Aggressive dogs often vulnerable at the end, page 2 | Pit Bull | Dogs

The Huntsville Times, Sunday, September 23, 2007 A19

Continued from page A13

Huntsville Animal Services shelter
Houses animals in the city of Huntsville and Madison County, with the exception of the city of Madison. Entire shelter (includes cats, dogs and other animals) Intake 9,595 Live release* 2,442 Live release rate 34% Euthanized 7,153 Pit bulls and pit-bull mixes Intake 1,058 Live release** 185 Live release rate 21% Euthanized 873 * Includes adoptions, rescues and returns to owners ** Five American Bulldogs passed temperament testing and were adopted. The other pit bulls were sent to rescue groups or returned to owners.
Numbers from 2006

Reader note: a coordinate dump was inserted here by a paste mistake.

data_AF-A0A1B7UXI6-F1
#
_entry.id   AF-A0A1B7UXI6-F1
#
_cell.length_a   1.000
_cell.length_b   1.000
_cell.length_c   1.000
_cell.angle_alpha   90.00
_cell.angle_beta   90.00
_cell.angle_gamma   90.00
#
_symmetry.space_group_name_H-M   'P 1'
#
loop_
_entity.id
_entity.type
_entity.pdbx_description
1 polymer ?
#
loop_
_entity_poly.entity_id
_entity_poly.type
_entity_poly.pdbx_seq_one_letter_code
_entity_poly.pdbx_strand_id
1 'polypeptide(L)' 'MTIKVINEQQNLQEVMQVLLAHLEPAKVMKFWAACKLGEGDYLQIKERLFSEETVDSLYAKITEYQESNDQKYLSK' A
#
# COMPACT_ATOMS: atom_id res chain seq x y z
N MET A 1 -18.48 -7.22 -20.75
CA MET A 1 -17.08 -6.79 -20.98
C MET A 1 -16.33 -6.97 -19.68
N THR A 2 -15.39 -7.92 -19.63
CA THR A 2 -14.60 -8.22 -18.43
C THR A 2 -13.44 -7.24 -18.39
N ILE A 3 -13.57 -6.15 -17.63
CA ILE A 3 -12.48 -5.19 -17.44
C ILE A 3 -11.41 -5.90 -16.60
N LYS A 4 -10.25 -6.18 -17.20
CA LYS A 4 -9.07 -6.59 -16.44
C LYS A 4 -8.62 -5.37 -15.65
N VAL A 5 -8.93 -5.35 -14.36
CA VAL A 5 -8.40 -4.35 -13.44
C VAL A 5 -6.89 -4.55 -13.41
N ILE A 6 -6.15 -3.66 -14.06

reported. Yet the three breeds classified as pit bulls regularly score above the norm, an 81.5 percent passing rate, during temperament testing, according to the American Temperament Testing Society. The nonprofit association tested about 215 breeds and more than 27,000 dogs as of December. American Pit Bull Terriers have an 84.1 percent passing rate. American Staffordshire Terriers have an 83.9 percent passing rate, while 85.2 percent of Staffordshire Bull Terriers pass the test. It’s difficult to say, though, how a pit bull will react in every situation based on a 12-minute test, said Madison County Animal Control Director Mike Fritz. “The natural programming of the pit bull is to fight,” Fritz said. “People do talk about the loyalty of the dog. That’s all part of the design of that breed.” Pit bulls are specifically bred not to be aggressive toward humans, Fritz said. They were originally bred to fight other dogs, and the rules of dogfighting dictate that dog owners must be able to control their dogs. “Yes, there are people who are hurt and mauled, but that’s probably bad breeding as opposed to the natural instincts of the dog,” he said. Fritz gets calls at least once at a day about roaming pit bulls, and some days county animal control officers have to pick up as many as eight. People buy the dogs without doing any research on them and later dump them because they’re not what they expected, Fritz said. “They don’t know what they’ve got,” he said. “I think a lot of people get them as a status symbol.”